LSA Student Government passed several resolutions at a meeting Wednesday night focusing on community outreach and inclusivity.
“We’re really beginning to make a difference and beginning to make a lot of change on campus, ” LSA-SG President Jason Colella, an LSA senior, said. “And that’s really heartening and makes me proud to be in SG tonight.”
In response to the Flint water crisis, LSA-SG passed a resolution which authorized a $1,000 donation to deliver clean water to the community. The money will be transferred from the Executive Discretionary section of the budget to the Black Student Union. The BSU created a GoFundMe account to buy and distribute clean water to the people of Flint.
LSA-SG treasurer Patrick Mullan-Koufopoulos, LSA sophomore and co-sponsor of the resolution, stressed the importance of solidarity and support.
“We do have a sister campus in Flint,” Mullan-Koufopoulos said. “They’re Wolverines. They bleed blue just as much as you and I do. They’re the leaders and best just as much as we are, and they’re in crisis.”
Public Policy senior Hattie McKinney, vice speaker of BSU, spoke to LSA-SG prior to voting. She said BSU plans raise at least $10,000 to buy water bottles and distribute them in Flint.
McKinney explained that many of the minority populations in Flint don’t feel comfortable with officers coming to their doors, stressing the importance of student efforts in the city.
“We’re figuring out a way to coordinate water donations with our connections with the schools,” McKinney said.
LSA-SG plans to visit Flint next Friday as well to contribute to the cause.
“You’re supporting our sister campus, you’re supporting the students who are there, you’re supporting the people of the town and really you’re just making the stance that says, ‘as Southeastern Michigan, we stand together,’ ” LSA-SG external relations officer Joey Hansel, an LSA junior, said.
Supporting the immediate campus as well, LSA-SG passed a resolution to donate $6,000 from the budget to SAPAC. Of the total budget, $2,000 will be allocated toward three volunteer- and peer-led support groups to further raise awareness, enhance workshops and expand events. Another $2,000 will fund a new event SAPAC plans to host this semester that will involve other universities in the state.
An allocation of $1,000 will be made to a survivor care fund aiming to provide survivors with a greater sense of safety and security — the money can be used for hotel rooms, a new phone and lock changes. This money goes directly to survivors, and Mullan-Koufopoulos stressed the importance of this program.
“I wanted to make sure we were making an impact on campus,” Mullan-Koufopoulos said. “And something Holly Rider-Milkovich said stuck with me — she is the director of SAPAC. She was talking about how one in three females on this campus will experience an attempted sexual assault.”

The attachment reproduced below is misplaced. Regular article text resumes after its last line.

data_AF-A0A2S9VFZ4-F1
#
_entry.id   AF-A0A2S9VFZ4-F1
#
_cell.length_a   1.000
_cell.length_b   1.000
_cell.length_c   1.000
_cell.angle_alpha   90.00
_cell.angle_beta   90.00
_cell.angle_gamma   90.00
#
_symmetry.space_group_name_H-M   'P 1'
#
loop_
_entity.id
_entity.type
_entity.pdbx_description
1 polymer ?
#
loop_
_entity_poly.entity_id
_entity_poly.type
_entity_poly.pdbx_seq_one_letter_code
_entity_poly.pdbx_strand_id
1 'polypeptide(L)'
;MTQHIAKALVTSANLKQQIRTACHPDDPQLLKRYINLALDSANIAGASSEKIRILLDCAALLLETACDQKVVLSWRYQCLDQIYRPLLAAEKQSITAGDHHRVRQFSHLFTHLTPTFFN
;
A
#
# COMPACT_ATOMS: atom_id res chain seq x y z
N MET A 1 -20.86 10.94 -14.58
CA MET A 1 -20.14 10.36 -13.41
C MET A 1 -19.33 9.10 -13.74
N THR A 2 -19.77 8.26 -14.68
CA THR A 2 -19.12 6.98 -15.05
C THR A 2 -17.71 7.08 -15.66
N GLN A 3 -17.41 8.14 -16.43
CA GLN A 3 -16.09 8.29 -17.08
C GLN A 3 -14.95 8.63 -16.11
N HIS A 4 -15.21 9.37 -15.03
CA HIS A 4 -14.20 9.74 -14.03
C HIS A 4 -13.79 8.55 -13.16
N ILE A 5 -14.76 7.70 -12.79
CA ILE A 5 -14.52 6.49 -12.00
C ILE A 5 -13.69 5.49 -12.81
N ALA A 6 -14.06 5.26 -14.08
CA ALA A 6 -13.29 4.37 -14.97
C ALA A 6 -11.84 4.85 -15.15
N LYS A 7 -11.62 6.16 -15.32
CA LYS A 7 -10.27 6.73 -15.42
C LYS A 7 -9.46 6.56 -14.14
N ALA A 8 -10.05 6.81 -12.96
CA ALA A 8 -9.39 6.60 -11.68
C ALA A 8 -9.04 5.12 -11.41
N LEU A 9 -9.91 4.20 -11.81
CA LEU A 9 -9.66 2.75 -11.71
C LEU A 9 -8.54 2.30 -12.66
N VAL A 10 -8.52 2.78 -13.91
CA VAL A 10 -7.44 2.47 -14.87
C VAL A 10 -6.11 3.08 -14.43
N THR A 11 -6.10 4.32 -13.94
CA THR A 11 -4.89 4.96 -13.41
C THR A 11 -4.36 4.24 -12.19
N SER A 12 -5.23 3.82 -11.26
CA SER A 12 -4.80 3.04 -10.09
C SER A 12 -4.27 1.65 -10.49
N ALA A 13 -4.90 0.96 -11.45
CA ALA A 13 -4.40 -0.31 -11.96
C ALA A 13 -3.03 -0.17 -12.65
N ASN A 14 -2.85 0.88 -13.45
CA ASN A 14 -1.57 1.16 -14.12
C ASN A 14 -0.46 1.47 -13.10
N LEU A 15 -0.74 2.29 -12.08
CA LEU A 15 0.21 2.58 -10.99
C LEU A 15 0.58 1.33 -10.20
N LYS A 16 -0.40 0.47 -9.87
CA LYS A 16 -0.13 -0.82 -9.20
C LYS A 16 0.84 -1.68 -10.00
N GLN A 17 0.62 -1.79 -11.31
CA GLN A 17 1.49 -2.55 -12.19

LSA junior Laura Meyer, SAPAC Networking, Publicity and Activism program coordinator, appreciated the contribution and addressed LSA-SG Wednesday. She stressed that the donation would contribute to groundbreaking work.
“It’s difficult to quantify the difference that an amount of money this size is going to make to what SAPAC does,” Meyer said. “It really is going to make a great amount of change.”
Meyer also mentioned that more survivors are seeking services, and to accommodate the increasing demand, SAPAC plans to hire a new professional staff member. She said the increasing demand for services is a result of the greater accessibility and awareness on campus.
Mullan-Koufopoulos asked how LSA-SG can participate in non-monetary ways. Speakers mentioned ally training, funding and participation in SAPAC’s activism week in April.
LSA-SG also passed a resolution in favor of naming the new Biological Sciences building after President Emeritus Mary Sue Coleman. LSA expects the construction of the building to be completed by Jan. 1, 2018.
LSA-SG noted that Coleman and President Emeritus Lee Bollinger are the only two former University presidents without buildings named after them. It also highlights that there are no campus academic buildings solely named after a woman. Acknowledging the underrepresentation of women in STEM fields, the resolution supports naming the building after Coleman.
Graduating with an undergraduate degree in chemistry and receiving a doctorate in biochemistry, Coleman was a woman in the biomedical field. It further outlines her qualifications and contributions to the University.
The resolution recognizes her contributions to the University, such as developing greater international and corporate partnerships. Numerous initiatives have benefited the University, such as her commitment to expanding sustainability research.
Most of the members voted in support of the resolution, emphasizing the importance of such a resolution in furthering inclusivity on campus.
However, LSA junior Yong-Joon Kim pointed out that some students on campus expressed reservations about naming a building after Coleman. While he was in support of the resolution and noted the importance of such a vote in the representation of women and inclusivity, he said certain constituents disapproved of Coleman’s practices, which they described as the “privatization of the University.”
“I urge you to vote yes for this resolution simply because we are making history,” Kim said. “This is very important for diversity and inclusivity on campus … I ask you to honor people for the right things.”